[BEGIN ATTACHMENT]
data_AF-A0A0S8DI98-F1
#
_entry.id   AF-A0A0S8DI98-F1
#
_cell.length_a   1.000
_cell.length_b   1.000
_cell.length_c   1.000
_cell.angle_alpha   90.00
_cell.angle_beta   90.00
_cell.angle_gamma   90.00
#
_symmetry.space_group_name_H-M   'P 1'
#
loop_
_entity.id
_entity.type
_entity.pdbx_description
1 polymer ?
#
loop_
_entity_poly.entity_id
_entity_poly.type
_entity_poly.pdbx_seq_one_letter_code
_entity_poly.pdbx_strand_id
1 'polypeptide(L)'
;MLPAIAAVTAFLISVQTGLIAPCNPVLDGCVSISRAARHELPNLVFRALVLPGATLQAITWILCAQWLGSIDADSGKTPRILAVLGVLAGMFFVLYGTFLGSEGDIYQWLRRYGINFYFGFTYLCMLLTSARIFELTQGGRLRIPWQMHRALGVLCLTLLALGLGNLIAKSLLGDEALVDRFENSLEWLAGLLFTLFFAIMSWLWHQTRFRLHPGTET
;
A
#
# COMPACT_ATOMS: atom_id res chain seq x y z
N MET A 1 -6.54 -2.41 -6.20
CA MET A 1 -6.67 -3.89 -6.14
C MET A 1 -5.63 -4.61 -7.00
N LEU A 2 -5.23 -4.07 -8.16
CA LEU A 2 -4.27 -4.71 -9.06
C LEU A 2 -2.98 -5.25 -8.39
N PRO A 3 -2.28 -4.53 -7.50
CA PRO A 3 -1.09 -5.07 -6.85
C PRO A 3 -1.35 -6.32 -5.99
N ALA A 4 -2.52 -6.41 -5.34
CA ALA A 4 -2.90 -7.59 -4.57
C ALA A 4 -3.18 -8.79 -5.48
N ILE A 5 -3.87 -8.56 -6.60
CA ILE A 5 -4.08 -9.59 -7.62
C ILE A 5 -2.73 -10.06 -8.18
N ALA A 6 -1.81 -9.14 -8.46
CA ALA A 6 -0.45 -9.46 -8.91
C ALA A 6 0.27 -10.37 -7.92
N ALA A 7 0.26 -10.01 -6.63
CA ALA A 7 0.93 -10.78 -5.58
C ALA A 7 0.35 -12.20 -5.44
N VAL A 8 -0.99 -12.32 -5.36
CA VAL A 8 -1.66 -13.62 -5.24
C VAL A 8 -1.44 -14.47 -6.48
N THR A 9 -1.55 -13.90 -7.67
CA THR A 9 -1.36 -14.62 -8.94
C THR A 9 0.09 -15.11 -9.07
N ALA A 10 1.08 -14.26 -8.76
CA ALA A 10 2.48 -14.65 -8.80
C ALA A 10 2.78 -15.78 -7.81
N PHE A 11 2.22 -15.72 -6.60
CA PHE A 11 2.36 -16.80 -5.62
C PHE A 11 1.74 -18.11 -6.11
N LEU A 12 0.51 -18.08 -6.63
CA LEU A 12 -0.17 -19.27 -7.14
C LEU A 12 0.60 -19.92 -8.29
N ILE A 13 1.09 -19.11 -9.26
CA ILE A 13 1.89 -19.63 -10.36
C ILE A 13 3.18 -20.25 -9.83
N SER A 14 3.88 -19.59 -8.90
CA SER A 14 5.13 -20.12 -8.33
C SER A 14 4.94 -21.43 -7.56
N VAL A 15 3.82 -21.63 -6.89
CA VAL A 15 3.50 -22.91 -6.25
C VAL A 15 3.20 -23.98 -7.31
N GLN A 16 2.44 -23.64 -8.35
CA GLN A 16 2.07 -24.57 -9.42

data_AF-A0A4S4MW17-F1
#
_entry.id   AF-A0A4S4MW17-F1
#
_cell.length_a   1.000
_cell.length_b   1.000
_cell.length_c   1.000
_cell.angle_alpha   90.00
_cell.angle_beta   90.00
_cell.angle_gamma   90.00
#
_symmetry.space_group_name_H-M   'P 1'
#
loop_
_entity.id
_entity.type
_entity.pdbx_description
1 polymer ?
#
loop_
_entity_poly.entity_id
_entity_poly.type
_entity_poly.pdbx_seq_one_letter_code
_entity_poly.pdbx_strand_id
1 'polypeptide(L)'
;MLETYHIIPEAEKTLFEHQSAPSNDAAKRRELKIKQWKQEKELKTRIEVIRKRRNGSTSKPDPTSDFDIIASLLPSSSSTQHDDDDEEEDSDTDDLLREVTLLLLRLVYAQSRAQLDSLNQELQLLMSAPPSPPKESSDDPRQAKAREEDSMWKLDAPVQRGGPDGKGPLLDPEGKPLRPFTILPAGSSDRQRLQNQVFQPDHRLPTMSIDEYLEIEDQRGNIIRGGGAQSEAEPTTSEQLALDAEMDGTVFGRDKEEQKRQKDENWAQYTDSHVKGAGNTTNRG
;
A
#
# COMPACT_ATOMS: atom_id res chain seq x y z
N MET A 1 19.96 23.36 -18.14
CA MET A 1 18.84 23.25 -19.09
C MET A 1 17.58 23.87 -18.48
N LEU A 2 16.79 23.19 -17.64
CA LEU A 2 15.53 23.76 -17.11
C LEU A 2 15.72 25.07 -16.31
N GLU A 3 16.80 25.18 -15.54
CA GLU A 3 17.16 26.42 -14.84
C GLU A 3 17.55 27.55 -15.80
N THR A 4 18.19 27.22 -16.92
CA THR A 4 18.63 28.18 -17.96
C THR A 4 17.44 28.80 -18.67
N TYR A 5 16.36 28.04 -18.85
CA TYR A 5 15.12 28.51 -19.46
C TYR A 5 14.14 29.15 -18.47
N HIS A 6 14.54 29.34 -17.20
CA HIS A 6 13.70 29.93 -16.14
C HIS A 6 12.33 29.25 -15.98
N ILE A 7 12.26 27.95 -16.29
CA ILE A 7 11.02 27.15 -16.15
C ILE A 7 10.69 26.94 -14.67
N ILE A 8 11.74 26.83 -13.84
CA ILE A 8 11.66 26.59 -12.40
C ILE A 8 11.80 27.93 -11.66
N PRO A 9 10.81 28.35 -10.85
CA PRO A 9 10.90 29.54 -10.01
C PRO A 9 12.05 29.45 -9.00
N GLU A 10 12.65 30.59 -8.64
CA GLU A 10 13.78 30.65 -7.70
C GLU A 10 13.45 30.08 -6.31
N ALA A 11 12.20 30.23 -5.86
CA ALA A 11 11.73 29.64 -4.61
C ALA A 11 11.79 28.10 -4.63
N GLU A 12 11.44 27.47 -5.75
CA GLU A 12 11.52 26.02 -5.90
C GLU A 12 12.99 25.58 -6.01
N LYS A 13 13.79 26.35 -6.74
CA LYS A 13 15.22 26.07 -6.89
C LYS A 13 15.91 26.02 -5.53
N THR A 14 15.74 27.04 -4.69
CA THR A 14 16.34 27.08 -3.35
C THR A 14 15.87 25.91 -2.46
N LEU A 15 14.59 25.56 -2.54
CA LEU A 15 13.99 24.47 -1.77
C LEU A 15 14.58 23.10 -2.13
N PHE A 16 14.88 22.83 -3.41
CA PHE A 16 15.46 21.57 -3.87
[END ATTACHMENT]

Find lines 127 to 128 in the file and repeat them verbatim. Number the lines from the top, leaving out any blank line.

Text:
CA ILE A 7 11.02 27.15 -16.15
C ILE A 7 10.69 26.94 -14.67